Monolingual normativism is widespread in modern societies, while multilingual language practices are stigmatized in many educational and professional contexts. In my research, I look at how individuals and communities make original and innovative use of resources within their linguistic repertoires. Diversity managers formed in our program are trained to look beyond the common stereotypes about language mixing and variation, and explore the human agency behind unconventional linguistic practices.



Dr. Willem Visser

Dr. Willem Visser started working at our department in 2008. He teaches in the BA programme. His field of expertise is Frisian language proficiency and formal linguistics.

“I consider language one of the most fascinating and puzzling aspects of human life. It is an enormously complex phenomenon, but in daily life we use it in a most careless, unthoughtful and unconscious way (and why shouldn’t we?). It is fascination and bewilderment with language that I hope the students will be able to share with me.”

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Dr. Aurélie Joubert

Dr. Aurélie Joubert joined Minorities and Multilingualism in 2020 and is also part of the European Languages and Cultures program at the RUG. Her research specialism is on language attitudes, linguistic minoritisation, language endangerment and revitalisation. She teaches BA courses on minority languages, MA research methods tutorials and focuses on qualitative approaches.

“The power dynamics we encounter in our world do not stop to amaze me. I am inspired by minority language speakers who fight to keep their language. Their drive and dedication bring such an essential element to the understanding of diversity. In my teaching, I reflect on the meaning and implications of cultural and linguistic democratic principles which can be invaluable assets for diversity managers.”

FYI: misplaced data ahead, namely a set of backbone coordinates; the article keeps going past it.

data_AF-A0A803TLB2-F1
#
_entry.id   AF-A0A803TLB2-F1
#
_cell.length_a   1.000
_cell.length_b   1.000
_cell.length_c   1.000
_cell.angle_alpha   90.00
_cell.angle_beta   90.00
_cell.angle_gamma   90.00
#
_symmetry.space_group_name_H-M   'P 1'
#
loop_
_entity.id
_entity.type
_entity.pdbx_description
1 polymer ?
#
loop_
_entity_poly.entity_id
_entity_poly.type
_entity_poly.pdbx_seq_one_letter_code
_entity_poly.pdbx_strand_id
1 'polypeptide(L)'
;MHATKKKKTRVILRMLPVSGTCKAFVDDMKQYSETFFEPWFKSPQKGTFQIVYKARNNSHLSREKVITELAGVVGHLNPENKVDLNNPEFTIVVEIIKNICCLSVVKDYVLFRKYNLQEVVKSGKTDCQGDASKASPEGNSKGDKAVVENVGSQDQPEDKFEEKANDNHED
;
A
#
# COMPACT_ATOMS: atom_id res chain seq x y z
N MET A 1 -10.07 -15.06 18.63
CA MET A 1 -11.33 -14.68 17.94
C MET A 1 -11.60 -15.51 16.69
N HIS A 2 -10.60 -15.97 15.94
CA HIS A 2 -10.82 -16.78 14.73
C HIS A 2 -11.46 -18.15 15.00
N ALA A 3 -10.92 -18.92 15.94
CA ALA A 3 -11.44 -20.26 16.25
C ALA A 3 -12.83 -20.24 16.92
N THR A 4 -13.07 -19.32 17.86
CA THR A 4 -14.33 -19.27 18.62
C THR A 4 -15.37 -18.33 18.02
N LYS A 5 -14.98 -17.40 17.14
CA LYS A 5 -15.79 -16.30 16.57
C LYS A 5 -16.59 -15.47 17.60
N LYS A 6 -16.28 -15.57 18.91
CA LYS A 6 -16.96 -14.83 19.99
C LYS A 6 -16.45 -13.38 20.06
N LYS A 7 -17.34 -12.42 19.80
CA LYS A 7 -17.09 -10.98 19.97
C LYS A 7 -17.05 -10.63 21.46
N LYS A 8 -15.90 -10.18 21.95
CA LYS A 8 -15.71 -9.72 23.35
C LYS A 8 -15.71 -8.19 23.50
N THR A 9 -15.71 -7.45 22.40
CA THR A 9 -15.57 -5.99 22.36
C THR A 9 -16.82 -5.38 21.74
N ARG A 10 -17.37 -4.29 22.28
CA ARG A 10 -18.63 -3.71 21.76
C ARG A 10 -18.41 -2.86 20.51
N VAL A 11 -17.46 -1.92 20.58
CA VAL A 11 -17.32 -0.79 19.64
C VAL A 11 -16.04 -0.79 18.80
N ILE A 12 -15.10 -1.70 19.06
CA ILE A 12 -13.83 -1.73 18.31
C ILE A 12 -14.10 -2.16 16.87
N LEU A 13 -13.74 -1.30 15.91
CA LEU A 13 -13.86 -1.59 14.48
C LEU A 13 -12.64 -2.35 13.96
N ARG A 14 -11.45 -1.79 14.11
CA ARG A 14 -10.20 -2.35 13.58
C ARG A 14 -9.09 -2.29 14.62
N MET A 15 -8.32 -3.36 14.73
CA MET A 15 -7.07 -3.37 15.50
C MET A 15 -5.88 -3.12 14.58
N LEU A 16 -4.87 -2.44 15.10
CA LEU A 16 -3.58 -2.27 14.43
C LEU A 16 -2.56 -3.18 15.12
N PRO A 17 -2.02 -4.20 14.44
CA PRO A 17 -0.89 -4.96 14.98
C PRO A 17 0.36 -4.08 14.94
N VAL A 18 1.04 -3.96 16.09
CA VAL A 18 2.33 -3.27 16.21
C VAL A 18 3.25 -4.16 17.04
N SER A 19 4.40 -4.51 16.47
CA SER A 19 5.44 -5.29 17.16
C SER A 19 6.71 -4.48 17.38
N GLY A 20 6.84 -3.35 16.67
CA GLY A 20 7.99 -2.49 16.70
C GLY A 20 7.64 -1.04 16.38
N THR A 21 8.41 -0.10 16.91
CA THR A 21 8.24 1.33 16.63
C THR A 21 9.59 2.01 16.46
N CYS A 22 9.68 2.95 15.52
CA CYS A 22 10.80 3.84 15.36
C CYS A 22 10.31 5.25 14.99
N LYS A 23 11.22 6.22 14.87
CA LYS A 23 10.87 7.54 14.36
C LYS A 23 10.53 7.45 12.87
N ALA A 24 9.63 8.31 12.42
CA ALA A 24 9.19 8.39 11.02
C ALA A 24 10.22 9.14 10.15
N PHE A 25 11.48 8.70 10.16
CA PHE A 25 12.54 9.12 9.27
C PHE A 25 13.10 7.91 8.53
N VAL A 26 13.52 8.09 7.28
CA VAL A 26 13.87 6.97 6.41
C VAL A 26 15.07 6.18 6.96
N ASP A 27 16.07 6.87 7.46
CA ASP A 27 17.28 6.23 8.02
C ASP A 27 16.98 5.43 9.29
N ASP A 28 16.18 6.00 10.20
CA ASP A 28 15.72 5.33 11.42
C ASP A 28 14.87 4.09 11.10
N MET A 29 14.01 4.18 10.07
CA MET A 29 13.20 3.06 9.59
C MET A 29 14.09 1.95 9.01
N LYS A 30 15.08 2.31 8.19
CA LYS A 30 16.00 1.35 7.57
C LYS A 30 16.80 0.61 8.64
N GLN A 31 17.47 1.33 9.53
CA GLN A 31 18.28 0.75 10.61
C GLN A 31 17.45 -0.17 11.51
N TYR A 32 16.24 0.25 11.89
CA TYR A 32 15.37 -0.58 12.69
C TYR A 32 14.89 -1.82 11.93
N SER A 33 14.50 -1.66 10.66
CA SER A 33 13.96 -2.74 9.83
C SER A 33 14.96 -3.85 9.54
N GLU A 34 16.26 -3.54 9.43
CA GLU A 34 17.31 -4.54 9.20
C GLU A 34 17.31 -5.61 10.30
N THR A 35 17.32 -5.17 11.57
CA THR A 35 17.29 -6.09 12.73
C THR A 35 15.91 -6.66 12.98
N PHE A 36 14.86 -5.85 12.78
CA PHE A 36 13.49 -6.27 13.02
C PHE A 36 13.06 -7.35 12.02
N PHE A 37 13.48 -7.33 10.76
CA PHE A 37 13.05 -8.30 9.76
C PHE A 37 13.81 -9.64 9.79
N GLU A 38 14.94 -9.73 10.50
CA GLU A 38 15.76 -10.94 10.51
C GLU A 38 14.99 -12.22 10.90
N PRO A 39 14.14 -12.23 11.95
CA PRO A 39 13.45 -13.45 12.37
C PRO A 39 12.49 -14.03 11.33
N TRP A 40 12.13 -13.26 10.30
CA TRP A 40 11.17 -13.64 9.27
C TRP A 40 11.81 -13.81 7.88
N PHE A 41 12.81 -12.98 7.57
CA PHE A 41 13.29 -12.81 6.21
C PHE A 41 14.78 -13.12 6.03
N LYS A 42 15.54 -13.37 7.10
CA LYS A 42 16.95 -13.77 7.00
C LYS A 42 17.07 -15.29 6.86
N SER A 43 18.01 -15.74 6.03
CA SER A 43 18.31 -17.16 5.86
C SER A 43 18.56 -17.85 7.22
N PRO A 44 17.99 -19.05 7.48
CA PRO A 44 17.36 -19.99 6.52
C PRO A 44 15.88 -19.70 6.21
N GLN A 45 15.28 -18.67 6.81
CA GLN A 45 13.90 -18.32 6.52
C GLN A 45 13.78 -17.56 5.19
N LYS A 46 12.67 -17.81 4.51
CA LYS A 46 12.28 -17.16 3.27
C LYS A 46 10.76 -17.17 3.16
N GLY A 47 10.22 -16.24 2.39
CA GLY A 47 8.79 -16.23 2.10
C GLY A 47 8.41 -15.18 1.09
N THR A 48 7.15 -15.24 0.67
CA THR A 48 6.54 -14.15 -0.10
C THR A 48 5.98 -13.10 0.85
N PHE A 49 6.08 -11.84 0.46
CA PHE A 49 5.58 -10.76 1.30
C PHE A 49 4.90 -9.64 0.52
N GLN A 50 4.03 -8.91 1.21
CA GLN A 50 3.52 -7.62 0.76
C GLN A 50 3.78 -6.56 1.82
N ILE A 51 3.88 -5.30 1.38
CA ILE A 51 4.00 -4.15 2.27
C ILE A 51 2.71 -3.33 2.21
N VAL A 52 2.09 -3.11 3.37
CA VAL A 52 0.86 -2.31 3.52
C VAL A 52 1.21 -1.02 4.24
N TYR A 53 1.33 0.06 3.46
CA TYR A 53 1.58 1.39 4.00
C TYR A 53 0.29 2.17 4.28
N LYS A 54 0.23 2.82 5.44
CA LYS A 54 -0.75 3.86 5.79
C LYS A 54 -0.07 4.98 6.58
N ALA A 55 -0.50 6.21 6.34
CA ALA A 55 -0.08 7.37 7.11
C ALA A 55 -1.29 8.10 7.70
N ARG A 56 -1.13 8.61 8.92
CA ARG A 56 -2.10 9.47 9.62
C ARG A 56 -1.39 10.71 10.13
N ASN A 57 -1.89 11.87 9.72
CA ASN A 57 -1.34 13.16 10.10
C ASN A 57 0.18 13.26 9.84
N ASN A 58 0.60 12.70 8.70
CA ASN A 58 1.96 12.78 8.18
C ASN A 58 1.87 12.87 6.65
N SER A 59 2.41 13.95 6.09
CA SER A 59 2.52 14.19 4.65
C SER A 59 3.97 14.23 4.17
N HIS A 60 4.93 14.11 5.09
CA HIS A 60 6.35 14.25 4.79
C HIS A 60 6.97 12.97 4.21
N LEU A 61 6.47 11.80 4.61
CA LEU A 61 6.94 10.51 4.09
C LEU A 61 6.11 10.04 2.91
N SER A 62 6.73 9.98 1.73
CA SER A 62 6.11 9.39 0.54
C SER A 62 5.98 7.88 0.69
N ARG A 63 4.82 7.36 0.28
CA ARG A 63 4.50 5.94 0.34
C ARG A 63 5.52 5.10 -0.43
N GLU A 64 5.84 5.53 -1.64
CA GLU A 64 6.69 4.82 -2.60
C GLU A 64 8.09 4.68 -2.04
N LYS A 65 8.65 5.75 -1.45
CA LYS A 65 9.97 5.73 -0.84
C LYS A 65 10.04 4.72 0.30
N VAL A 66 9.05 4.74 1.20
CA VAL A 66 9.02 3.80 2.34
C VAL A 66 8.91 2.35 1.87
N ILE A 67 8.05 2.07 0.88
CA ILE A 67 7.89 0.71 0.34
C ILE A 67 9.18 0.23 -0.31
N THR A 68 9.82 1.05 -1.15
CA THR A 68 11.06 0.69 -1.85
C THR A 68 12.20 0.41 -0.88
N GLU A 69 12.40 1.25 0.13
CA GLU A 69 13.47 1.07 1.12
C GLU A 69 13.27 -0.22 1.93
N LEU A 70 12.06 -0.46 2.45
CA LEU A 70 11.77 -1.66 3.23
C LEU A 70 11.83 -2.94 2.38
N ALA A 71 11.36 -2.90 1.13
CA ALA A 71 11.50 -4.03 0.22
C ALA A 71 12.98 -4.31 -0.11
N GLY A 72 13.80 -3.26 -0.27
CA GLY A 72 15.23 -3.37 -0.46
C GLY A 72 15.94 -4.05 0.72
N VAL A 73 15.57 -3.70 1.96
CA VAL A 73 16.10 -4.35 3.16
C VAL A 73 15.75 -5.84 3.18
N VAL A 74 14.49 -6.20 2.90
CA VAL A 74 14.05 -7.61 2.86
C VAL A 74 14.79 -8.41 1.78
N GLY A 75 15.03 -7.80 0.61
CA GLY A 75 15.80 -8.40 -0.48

Dr. Seonok Lee

Dr. Seonok Lee started working at our department in 2021. As a sociologist, she is interested in social inequalities in general. In particular, her expertise is in the field of global migration, ethnic minorities, race and gender.

“Similar to the project of colonialism, the process of immigration and integration is simultaneously racialized, gendered, and classed. This raises important questions about the “imagined community” and national identity that is discursively patrolled through language, education, and work. In this regard, I believe that my role as a teacher is to help students develop their capacity for independent thought and interest in the world around them. My goal is always to encourage independent thinking, community engagement and active citizenship.”

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Dr. Anne Merkuur

Dr. Anne Merkuur is assistant professor of Frisian. She teaches courses on Frisian and on linguistics in both the BA and MA programme. As a linguist, she specialized in language change and morphology. She also works at the Frisian research institute, the Fryske Akademy. Her research focuses on language change in Frisian.

“The most fascinating thing about language is that we all have it, but still know so little about how it works. Together with the fact that it relates to almost every aspect of our existence, this has resulted in a field of research that exists of innumerous sub disciplines, practices, models and theories. I hope to help students find their own perspective on how they want to study language, and to encourage them to always be curious and critical.”

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Ruby de Vos

Ruby de Vos joined the department of Minorities and Multilingualism in 2021, while wrapping up her PhD dissertation at the RUG. With a background in literary studies, cultural analysis, and visual art, she teaches various courses on narrative and language.